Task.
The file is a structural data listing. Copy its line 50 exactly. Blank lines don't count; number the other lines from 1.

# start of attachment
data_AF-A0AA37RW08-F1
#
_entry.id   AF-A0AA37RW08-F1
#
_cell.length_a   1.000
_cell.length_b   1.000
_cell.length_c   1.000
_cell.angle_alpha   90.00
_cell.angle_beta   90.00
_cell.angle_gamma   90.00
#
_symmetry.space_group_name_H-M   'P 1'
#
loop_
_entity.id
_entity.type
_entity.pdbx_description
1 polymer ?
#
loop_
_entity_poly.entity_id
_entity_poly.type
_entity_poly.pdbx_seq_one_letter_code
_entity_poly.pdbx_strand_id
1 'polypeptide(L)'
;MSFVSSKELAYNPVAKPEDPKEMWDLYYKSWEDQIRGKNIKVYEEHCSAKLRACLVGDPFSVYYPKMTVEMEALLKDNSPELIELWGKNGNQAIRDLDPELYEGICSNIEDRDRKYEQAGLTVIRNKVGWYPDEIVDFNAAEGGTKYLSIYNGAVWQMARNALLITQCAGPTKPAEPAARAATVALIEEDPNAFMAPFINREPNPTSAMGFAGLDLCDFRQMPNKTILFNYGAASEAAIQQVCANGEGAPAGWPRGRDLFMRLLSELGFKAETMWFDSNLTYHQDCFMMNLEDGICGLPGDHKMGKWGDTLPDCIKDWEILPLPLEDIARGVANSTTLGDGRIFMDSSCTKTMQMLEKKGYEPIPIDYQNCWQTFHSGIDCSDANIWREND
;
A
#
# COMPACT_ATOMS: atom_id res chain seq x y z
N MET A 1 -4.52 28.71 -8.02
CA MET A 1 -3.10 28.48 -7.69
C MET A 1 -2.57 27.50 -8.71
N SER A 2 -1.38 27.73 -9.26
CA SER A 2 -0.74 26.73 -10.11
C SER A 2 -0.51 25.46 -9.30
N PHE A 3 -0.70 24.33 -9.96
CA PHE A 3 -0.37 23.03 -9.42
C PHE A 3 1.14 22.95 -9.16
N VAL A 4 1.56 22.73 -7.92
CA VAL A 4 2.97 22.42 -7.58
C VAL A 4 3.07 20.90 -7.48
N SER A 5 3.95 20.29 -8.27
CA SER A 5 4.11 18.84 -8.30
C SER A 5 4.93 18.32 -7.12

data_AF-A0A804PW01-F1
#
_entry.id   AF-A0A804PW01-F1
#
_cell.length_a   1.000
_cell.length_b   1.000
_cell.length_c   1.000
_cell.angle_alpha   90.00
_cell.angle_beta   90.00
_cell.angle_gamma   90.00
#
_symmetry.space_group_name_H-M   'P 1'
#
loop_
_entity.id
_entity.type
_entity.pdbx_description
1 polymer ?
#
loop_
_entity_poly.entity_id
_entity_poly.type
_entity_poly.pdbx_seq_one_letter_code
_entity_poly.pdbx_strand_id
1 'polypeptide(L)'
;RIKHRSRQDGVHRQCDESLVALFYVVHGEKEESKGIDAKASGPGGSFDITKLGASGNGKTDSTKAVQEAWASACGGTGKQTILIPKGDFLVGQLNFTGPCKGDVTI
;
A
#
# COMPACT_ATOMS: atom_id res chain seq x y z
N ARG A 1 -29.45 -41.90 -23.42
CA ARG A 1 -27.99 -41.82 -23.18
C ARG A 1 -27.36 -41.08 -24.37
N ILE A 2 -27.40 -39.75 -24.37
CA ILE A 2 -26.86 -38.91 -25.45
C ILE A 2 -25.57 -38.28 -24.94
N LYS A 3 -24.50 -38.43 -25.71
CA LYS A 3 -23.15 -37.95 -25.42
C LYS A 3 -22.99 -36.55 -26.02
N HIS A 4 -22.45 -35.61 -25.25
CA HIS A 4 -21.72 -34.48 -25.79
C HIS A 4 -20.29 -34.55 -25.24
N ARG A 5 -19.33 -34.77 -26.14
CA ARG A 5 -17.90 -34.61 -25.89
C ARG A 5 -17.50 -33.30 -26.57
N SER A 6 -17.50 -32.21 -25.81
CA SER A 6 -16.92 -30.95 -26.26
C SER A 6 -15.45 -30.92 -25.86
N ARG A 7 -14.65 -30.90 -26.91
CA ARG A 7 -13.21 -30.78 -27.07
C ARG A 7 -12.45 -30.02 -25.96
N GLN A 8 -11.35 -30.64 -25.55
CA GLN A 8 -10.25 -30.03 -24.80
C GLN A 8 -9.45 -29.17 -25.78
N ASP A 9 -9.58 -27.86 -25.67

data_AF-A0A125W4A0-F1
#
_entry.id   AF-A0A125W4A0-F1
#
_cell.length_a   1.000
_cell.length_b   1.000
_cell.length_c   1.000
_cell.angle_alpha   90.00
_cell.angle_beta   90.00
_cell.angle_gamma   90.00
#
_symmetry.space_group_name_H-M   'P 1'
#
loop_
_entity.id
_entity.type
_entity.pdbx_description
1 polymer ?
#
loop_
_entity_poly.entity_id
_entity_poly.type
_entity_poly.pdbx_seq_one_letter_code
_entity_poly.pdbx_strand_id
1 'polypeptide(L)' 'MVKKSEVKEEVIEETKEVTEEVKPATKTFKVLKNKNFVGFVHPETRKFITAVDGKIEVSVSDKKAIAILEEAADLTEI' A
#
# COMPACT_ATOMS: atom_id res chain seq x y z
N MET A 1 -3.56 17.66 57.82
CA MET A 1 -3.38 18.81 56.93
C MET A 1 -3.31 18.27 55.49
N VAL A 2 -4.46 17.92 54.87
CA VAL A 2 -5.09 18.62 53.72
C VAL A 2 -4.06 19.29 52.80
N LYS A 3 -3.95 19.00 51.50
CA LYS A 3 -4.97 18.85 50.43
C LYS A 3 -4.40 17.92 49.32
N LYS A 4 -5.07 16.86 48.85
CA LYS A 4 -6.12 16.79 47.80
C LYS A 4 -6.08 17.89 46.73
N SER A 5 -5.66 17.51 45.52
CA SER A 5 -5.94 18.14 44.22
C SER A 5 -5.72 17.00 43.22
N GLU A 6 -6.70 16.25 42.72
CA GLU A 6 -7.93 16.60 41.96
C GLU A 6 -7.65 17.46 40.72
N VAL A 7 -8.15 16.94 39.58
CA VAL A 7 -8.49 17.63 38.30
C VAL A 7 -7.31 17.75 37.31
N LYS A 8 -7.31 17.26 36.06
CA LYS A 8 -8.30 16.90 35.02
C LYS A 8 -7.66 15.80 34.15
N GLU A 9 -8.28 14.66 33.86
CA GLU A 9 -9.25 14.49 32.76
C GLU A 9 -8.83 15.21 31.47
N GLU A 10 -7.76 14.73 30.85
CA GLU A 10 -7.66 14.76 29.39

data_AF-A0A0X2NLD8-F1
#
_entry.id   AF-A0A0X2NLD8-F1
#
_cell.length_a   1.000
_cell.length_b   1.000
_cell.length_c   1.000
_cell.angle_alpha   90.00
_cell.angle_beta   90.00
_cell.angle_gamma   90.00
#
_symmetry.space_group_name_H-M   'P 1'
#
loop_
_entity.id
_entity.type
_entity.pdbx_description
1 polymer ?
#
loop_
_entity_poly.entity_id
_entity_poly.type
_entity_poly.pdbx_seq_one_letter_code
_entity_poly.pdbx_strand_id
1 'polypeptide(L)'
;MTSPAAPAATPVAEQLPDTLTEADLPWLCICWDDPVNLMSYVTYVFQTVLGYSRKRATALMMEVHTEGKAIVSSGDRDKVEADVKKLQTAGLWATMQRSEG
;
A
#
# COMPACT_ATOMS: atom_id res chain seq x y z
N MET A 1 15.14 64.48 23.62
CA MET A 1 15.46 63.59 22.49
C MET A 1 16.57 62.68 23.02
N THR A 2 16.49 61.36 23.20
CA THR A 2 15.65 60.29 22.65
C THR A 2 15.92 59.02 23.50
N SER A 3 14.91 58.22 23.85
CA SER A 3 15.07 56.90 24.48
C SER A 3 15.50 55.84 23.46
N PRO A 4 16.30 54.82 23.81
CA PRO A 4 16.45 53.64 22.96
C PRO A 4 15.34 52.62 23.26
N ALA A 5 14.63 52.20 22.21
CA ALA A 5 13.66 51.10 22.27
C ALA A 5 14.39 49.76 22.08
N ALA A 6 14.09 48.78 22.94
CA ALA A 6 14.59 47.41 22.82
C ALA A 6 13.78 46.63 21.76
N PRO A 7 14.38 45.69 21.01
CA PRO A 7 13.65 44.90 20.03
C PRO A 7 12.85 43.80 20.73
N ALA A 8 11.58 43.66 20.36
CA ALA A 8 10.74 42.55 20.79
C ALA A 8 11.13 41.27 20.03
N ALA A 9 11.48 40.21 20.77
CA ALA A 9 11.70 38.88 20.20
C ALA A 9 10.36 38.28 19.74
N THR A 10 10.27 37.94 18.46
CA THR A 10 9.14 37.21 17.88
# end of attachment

_cell.length_a   1.000